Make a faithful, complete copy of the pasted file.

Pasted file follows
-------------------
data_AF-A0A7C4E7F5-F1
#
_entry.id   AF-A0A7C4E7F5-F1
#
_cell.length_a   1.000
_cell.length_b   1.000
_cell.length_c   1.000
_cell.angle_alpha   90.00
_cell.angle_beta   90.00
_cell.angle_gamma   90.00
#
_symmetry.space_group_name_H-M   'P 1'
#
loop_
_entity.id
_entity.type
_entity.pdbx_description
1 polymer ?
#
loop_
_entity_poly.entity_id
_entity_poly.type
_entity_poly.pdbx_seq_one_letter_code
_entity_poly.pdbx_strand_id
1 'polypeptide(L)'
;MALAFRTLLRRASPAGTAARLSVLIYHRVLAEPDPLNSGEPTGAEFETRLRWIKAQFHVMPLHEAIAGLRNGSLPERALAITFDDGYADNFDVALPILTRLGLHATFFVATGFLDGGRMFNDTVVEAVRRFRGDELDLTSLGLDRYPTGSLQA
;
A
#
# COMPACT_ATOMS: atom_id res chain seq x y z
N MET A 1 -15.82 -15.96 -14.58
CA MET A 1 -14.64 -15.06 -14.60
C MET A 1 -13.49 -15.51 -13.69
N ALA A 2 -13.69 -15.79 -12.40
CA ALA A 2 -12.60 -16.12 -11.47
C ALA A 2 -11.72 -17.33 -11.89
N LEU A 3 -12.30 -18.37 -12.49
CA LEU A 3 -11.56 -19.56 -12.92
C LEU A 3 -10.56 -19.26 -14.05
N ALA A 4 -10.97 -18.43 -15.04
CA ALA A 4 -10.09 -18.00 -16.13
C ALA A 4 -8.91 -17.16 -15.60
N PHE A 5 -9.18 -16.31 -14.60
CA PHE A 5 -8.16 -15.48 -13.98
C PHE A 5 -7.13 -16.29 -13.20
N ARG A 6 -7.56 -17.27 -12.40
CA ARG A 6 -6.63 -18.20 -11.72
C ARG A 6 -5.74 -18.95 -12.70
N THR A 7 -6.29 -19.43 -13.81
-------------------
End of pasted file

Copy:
data_AF-A0A7C4E7F5-F1
#
_entry.id   AF-A0A7C4E7F5-F1
#
_cell.length_a   1.000
_cell.length_b   1.000
_cell.length_c   1.000
_cell.angle_alpha   90.00
_cell.angle_beta   90.00
_cell.angle_gamma   90.00
#
_symmetry.space_group_name_H-M   'P 1'
#
loop_
_entity.id
_entity.type
_entity.pdbx_description
1 polymer ?
#
loop_
_entity_poly.entity_id
_entity_poly.type
_entity_poly.pdbx_seq_one_letter_code
_entity_poly.pdbx_strand_id
1 'polypeptide(L)'
;MALAFRTLLRRASPAGTAARLSVLIYHRVLAEPDPLNSGEPTGAEFETRLRWIKAQFHVMPLHEAIAGLRNGSLPERALAITFDDGYADNFDVALPILTRLGLHATFFVATGFLDGGRMFNDTVVEAVRRFRGDELDLTSLGLDRYPTGSLQA
;
A
#
# COMPACT_ATOMS: atom_id res chain seq x y z
N MET A 1 -15.82 -15.96 -14.58
CA MET A 1 -14.64 -15.06 -14.60
C MET A 1 -13.49 -15.51 -13.69
N ALA A 2 -13.69 -15.79 -12.40
CA ALA A 2 -12.60 -16.12 -11.47
C ALA A 2 -11.72 -17.33 -11.89
N LEU A 3 -12.30 -18.37 -12.49
CA LEU A 3 -11.56 -19.56 -12.92
C LEU A 3 -10.56 -19.26 -14.05
N ALA A 4 -10.97 -18.43 -15.04
CA ALA A 4 -10.09 -18.00 -16.13
C ALA A 4 -8.91 -17.16 -15.60
N PHE A 5 -9.18 -16.31 -14.60
CA PHE A 5 -8.16 -15.48 -13.98
C PHE A 5 -7.13 -16.29 -13.20
N ARG A 6 -7.56 -17.27 -12.40
CA ARG A 6 -6.63 -18.20 -11.72
C ARG A 6 -5.74 -18.95 -12.70
N THR A 7 -6.29 -19.43 -13.81